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|Scopus||Web of Science®||Altmetric|
|Title:||Genetic, environmental and epigenetic influences on variation in human tooth number, size and shape|
|Citation:||Odontology, 2012; 100(1):1-9|
|Publisher:||Springer Japan KK|
|Grant Townsend, Michelle Bockmann, Toby Hughes and Alan Brook|
|Abstract:||The aim of this review is to highlight some key recent developments in studies of tooth number, size and shape that are providing better insights into the roles of genetic, environmental and epigenetic factors in the process of dental development. Advances in molecular genetics are helping to clarify how epigenetic factors influence the spatial and temporal regulation of the complex processes involved in odontogenesis. At the phenotypic level, the development of sophisticated systems for image analysis is enabling new dental phenotypes to be defined. The 2D and 3D data that are generated by these imaging systems can then be analysed with mathematical approaches, such as geometric morphometric analysis. By gathering phenotypic data and DNA from twins, it is now possible to use ‘genome-wide’ association studies and the monozygotic co-twin design to identify important genes in odontogenesis and also to clarify how epigenetic and environmental factors can affect this process. Given that many of the common dental anomalies affecting the human dentition are interrelated, apparently reflecting pleiotropic genetic effects, the discoveries and new directions described in this paper should have important implications for clinical dental practice in the future.|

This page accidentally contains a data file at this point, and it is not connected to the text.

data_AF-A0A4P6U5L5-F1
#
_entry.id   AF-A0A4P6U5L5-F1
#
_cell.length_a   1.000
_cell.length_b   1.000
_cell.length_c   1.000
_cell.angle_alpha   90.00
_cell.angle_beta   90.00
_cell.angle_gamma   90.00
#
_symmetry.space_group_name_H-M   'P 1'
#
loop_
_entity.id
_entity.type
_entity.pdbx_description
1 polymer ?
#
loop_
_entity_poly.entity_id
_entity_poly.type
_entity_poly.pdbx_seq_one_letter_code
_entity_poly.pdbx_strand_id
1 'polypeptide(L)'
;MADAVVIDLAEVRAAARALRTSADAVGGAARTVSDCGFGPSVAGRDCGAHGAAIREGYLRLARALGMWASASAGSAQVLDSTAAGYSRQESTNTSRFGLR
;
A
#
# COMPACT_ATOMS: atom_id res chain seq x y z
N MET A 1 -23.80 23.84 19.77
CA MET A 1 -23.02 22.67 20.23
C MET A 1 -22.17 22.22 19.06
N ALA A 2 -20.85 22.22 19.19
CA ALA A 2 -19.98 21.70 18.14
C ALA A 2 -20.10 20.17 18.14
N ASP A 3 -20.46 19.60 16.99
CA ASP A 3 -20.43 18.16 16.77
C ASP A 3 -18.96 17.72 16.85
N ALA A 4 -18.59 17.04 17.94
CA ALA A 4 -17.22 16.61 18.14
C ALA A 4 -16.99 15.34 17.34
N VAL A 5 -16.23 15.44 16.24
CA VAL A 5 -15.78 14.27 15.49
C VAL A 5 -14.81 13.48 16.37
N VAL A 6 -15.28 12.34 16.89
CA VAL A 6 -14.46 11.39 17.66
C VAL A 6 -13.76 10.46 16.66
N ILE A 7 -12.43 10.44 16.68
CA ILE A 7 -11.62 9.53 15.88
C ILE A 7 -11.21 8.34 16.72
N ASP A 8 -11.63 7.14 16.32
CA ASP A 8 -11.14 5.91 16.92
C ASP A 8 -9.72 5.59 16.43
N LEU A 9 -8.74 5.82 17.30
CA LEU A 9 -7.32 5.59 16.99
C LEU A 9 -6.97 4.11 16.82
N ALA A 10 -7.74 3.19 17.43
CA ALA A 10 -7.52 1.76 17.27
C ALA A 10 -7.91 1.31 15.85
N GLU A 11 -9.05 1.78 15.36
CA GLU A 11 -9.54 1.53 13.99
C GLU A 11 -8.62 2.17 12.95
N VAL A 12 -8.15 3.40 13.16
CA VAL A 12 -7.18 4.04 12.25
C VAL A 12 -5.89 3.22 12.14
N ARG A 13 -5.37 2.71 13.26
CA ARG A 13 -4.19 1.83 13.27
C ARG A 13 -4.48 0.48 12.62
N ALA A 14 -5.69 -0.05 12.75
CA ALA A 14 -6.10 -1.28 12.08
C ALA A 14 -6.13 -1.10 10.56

|Rights:||© The Society of The Nippon Dental University 2011|
|Appears in Collections:||Aurora harvest|
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